The entire course is organized in five modules. Essential
material is presented with a dark red background. Supplemental
material is presented with a dark blue background. Parallel
SLIPS lessons are presented with a dark brown background.
Parallel material from other sources (sometimes
rather advanced) is presented with a dark green background. Review
and practice exercises are presented with a deep orange background.
Proficiency tests are presented with a purple
background.

How to study for this course:

Any introductory course in symbolic logic will
deal with symbolization, testing for validity, and presenting derivations.
The differences among courses, however, may appear far greater than they
are in other areas of study, and some of this depends on whether the course
is seen as a part of a mathematics or computer science program or as part
of a philosophy program. After teaching this course for more than
twenty years, I have added some wrinkles of my own, particularly in the
use of postfix literal notation and in the discussion of expanding symbolic
logic to more than two-value (true or false) systems. Several
years ago I developed SLIPS as a hypertext or webpage introduction to symbolic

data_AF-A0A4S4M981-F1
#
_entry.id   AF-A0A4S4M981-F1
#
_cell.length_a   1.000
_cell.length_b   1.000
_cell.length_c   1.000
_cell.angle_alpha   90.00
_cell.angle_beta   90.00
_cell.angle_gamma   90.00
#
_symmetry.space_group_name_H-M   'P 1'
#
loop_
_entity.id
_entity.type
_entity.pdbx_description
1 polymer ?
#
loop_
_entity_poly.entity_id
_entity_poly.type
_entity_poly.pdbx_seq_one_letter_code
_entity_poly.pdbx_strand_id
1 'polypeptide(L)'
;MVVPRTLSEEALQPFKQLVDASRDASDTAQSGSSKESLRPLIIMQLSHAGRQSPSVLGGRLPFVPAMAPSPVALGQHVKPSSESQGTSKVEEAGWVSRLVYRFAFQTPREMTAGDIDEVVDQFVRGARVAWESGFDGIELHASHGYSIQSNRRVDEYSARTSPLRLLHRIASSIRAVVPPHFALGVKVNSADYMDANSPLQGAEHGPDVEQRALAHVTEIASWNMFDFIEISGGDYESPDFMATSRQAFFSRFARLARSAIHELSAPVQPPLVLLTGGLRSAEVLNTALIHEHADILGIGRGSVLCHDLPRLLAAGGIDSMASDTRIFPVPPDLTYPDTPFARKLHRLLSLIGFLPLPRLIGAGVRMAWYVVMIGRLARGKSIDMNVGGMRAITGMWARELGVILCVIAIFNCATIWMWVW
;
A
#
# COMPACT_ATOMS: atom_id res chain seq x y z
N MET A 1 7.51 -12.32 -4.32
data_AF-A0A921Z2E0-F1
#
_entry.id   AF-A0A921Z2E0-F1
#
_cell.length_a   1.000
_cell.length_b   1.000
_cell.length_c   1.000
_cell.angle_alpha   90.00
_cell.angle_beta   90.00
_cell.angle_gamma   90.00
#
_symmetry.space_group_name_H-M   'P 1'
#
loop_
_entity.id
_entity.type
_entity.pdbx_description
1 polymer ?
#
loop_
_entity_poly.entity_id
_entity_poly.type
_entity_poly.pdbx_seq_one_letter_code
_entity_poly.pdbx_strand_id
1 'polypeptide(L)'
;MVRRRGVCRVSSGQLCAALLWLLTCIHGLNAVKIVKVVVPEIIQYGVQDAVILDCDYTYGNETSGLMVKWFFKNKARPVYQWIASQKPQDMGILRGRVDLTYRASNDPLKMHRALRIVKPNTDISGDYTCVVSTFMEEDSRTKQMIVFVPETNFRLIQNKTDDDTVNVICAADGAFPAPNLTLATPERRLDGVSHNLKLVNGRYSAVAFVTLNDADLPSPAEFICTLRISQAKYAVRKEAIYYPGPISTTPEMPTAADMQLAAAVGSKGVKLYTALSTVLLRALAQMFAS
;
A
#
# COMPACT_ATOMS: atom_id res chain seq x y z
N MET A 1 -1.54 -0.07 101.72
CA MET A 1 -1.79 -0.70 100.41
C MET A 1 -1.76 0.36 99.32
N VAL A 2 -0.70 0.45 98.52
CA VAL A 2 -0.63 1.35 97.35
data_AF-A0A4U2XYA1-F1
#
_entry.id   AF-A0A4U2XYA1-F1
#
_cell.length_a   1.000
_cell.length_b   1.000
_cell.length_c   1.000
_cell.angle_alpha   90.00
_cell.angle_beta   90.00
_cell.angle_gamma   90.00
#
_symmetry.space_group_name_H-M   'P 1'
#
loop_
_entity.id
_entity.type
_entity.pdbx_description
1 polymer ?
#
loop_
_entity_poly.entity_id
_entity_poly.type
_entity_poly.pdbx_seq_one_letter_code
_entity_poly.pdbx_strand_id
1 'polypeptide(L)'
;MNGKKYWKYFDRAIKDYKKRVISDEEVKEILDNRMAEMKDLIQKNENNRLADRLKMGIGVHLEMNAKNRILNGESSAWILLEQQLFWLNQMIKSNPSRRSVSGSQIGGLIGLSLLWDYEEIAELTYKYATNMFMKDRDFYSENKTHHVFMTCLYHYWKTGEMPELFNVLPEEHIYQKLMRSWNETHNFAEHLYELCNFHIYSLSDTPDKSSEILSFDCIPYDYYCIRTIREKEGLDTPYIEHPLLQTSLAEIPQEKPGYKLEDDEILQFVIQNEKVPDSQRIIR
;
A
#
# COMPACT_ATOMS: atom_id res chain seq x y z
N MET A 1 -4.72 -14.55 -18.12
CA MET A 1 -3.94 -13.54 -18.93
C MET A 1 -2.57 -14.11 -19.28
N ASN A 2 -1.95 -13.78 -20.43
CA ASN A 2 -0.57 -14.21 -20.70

logic, and I still find much of the material useful in approaching the
concepts of symbolic logic (much as I did in a textbook, now out of print,
entitled Symbolic Logic: A Conceptual Approach).

While the material on these pages is self-contained,
some students may find it helpful to work with one or another text that
covers the same topics. The main difficulty in doing this is that
there are differences in symbolization and in the approach to a proof system,
so it is necessary to make constant adaptations. An additional difficulty
is that I follow Bertrand Russell in introducing a predicate notation at
the same time as a propositional notation, but I delay discussing the use
of quantifiers.

In the modules below, I would recommend working
from left to right along the top row, then going back into material
from other rows as it appears helpful or interesting. I tend to discourage
printing out the pages for study: in some cases, where there is interactive
material, printouts will be virtually useless, and unless the printout
is in color a great deal is lost for any of these pages.